We read in Neh 8:10:

Nehemiah said, “Go and enjoy choice food and sweet drinks, and send some to those who have nothing prepared. This day is holy to our Lord. Do not grieve, for the joy of the Lord is your strength.”

We also read in Lk 1:15, of the ensuing birth of John the Baptist:

"For he shall be great in the sight of the Lord, and shall drink neither wine nor strong drink; and he shall be filled with the Holy Ghost, even from his mother's womb."

So, there were three categories of drinks that the Jews normally had: sweet drink, wine and strong drink. Let us consider unfermented fresh grape juice as sweet drink, and fermented wine as one step below strong drink. It would imply that strong drink was made of something else other than grapes.

So, what were the ingredients of soft drink and strong drink as mentioned in Nehemia and Luke?

  • The main point of the passages quoted may be more important than the actual beverage specified. The intent of the message offered by the writer. The "why" rather than the "what"
    – David D
    Jan 2 at 14:33

2 Answers 2


The word used in Nehemiah 8:10 is Strong's H4477. The verse actually says, "...and drink the sweet." H4477 is the word for "sweet" used here. When researching the meaning of the word, I found that H4477 comes from H4985. According to Brown-Driver-Briggs Lexicon: "STRONGS H4985: Abbreviations† מָתֹק verb become or be sweet, pleasant (Late Hebrew מתק, especially Pi.; Assyrian [matâḳu] be sweet, in derivatives; Ethiopic bdb060805 sweet; Aramaic bdb060806 suck (with pleasure), מְתַק id., be sweet; Arabic bdb060807 (bdb060807a before bdb060807b) see smack the lips (with pleasure), bdb060808 sweetness); — Qal Perfect 3rd person masculine singular suffix מְתָקוֺ [H4988 Job 24:20]; 3rd person plural plural מָֽתְקוּ Job 21:33; Imperfect 3rd person masculine plural יִמְתָּ֑קוּ Proverbs 9:17, וַיִמְתְּקוּ Exodus 15:25; —

  1. literally become sweet, of water (opposed to מָרִים) Exodus 15:25 (J); are (i.e. taste) sweet, מַיִם גְּנוּבִים יִמ׳ Proverbs 9:17 (figurative of delights of illicit pleasure).
  2. = be pleasant, מָֽתְקוּ לוֺ Job 21:33 sweet (pleasant) to him are the clods of the valley (said of one resting in the grave).
  3. suck (Aramaic sense, compare Syriac above) מְתָקוֺ רִמָּה [H4988 Job 24:20] the worm doth suck him, feast on him (on verb masculine compare Ges§ 145. 7 KöSynt. § 345 a DaSynt. § 113 (b)), Di De Buhl (compare Kau Da; also SS who render 'angenehm finden'), but this sense in Hebrew dubious; text perhaps corrupt (compare conjectures by Bu Du). Hiph. Imperfect 3rd person feminine singular אִם תַּמְתִּיק בְּפִיו רָעָה Job 20:12 if evil gives a sweet taste in his mouth (declarative Hiph.); 1st person plural אֲשֶׁר יַחְדָּו נַמְתִּיק סוֺד Psalm 55:15 [Psalm 55:14] we who used to make sweet (our) intimacy."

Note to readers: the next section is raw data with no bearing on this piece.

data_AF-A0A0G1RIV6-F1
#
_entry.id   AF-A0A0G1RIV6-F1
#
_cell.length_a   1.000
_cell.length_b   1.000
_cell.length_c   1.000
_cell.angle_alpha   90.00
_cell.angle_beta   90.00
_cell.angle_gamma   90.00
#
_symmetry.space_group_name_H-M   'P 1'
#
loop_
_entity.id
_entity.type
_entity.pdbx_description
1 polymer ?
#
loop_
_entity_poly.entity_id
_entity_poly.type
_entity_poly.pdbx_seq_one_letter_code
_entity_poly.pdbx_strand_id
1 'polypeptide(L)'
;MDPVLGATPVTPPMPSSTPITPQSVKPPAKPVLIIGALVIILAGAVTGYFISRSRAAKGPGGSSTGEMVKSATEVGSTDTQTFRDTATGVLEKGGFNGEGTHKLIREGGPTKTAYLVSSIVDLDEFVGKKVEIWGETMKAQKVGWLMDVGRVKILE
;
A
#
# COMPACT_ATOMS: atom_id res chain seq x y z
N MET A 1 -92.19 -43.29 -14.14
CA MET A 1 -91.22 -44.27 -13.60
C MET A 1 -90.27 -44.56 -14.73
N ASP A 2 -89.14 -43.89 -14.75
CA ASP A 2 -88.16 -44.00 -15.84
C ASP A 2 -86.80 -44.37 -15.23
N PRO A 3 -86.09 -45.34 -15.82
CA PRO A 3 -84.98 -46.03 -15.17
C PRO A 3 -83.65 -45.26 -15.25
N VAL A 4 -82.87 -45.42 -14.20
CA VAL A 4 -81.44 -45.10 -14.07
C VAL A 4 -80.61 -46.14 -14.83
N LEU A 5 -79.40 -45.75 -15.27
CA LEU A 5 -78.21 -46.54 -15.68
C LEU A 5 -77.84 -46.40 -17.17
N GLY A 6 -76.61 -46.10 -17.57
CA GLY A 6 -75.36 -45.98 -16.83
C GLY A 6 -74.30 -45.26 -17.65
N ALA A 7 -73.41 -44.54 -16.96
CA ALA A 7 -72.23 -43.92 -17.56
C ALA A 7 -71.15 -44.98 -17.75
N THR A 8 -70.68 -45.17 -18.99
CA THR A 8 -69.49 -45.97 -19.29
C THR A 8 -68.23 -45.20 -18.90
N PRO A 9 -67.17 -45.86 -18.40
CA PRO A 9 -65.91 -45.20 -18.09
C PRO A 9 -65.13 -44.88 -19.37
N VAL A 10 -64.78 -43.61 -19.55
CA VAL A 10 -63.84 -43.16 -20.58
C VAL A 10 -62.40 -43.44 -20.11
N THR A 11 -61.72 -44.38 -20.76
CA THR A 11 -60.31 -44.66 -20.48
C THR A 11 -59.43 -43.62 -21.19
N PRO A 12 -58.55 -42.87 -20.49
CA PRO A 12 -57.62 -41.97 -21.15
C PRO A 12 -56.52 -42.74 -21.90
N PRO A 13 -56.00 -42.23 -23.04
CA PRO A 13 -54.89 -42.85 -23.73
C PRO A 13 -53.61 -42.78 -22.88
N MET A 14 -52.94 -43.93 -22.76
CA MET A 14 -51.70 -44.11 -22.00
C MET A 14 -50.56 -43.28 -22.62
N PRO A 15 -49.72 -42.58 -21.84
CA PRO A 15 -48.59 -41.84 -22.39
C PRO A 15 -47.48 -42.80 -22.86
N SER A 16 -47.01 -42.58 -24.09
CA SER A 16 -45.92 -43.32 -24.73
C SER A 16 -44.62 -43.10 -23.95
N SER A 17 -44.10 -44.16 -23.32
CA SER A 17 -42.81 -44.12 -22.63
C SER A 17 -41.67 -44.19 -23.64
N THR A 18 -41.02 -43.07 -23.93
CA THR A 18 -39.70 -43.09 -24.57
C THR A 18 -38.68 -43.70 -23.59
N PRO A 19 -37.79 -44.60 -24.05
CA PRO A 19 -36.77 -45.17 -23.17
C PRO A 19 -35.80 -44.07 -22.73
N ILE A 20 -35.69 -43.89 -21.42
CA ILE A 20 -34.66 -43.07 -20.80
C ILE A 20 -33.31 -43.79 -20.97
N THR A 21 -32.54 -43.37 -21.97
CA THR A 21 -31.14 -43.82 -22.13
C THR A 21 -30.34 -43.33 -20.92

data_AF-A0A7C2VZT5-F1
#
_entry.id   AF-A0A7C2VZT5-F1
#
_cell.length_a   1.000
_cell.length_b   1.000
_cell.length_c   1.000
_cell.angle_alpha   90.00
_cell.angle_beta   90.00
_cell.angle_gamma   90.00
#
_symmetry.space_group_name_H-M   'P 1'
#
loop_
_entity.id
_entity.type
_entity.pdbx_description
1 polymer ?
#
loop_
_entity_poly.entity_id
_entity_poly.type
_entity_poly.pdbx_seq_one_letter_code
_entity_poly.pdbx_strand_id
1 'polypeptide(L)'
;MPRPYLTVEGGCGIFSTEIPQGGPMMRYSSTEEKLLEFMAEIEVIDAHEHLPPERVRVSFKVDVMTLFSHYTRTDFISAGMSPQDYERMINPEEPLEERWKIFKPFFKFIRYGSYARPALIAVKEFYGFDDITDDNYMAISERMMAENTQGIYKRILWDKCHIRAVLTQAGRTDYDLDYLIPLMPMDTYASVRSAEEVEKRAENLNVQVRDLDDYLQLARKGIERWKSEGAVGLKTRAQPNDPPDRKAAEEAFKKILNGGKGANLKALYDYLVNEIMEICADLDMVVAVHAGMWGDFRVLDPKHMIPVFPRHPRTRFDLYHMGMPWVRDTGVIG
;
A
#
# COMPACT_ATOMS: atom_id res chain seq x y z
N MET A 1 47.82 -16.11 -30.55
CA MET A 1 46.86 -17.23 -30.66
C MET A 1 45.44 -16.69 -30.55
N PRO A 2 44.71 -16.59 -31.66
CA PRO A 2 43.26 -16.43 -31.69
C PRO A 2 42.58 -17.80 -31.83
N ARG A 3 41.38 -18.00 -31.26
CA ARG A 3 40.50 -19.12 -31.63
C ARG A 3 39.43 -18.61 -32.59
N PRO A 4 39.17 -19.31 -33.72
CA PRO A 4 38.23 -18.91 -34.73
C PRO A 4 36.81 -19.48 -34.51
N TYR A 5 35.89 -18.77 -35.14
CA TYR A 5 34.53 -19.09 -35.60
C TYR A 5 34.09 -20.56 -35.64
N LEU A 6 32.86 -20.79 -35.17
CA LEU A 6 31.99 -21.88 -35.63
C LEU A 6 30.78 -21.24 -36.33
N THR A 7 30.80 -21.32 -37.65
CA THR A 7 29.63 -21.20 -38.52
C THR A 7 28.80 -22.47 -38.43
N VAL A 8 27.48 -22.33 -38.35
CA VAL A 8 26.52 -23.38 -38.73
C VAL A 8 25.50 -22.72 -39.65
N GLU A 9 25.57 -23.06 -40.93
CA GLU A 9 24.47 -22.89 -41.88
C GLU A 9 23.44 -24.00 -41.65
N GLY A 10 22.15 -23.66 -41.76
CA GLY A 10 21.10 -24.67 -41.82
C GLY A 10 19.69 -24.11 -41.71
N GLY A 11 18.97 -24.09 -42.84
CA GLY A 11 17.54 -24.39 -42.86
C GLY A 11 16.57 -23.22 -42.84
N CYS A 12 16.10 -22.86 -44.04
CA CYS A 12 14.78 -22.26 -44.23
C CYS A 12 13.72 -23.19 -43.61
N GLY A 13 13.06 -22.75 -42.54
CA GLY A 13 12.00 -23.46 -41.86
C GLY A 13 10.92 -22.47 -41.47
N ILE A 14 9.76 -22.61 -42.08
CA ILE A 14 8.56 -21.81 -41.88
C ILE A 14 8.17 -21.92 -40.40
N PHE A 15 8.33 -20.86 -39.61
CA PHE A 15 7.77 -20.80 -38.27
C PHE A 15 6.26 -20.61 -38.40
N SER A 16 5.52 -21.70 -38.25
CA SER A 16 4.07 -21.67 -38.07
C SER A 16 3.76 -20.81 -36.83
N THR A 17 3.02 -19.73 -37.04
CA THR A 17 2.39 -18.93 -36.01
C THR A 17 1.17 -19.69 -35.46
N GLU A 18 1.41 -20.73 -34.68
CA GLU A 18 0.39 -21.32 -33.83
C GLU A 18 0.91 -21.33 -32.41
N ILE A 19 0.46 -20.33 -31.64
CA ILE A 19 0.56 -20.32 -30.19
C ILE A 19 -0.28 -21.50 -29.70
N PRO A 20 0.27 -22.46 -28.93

When talking about the "strong drink" referred to in Luke 1:15 (note: You accidentally made a typo and said it was 1:16, but the verse you referred to was actually verse 15 ;) ), Strong's G4608 is used, and from the definition I found, it is different from wine. Here is the definition I found: "strong drink, an intoxicating beverage, different from wine; it was a artificial product, made of a mixture of sweet ingredients, whether derived from grain and vegetables, or from the juice of fruits (dates), or a decoction of honey"

I think this gives us a good idea of what the drinks consisted of.


The book of Nehemiah was written several hundred years earlier than the Gospel of Luke. Jews would have already experienced the Babylonian exile but not the Hellenistic or Roman cultures of later centuries. So the categories Nehemiah refers to might be different than what Luke speaks of. Nehemiah does not contrast "sweet" vs. "strong" so sweet drinks in that case might refer to sweet wines as well as non-alcoholic beverages. (Song of Songs 8:2) An article in the Jerusalem Post states:

The Talmud describes 60 types of wines. Some wines were diluted with water. Others would invariably have flavors added to improve the taste and act as a preservative. Salt, seawater, herbs and spices such as cinnamon were added. Raisins or date honey were used as sweeteners. These flavored wines were forerunners of the punches or vermouths of today.

So sweet drinks might include alcoholic beverages as well as a variety of fruit juices (pomegranate, citron, grape, fig, etc.) or drinks made with honey and/or milk. Vinegar flavored with honey and spices is also noted in the sources. In both "sweet" and "strong" drinks, spices such as cinnamon, anise and cumin could be involved; and raisins or dates, as well as honey, were used as sweeteners.

Two types of "strong drink" in the quote from Luke would include beer (known from very ancient times in Babylonia) and mead (popular in Greek culture). An alcoholic beverage used by Roman soldiers, posca is another possibility. This is probably the same beverage given to Jesus on the Cross.

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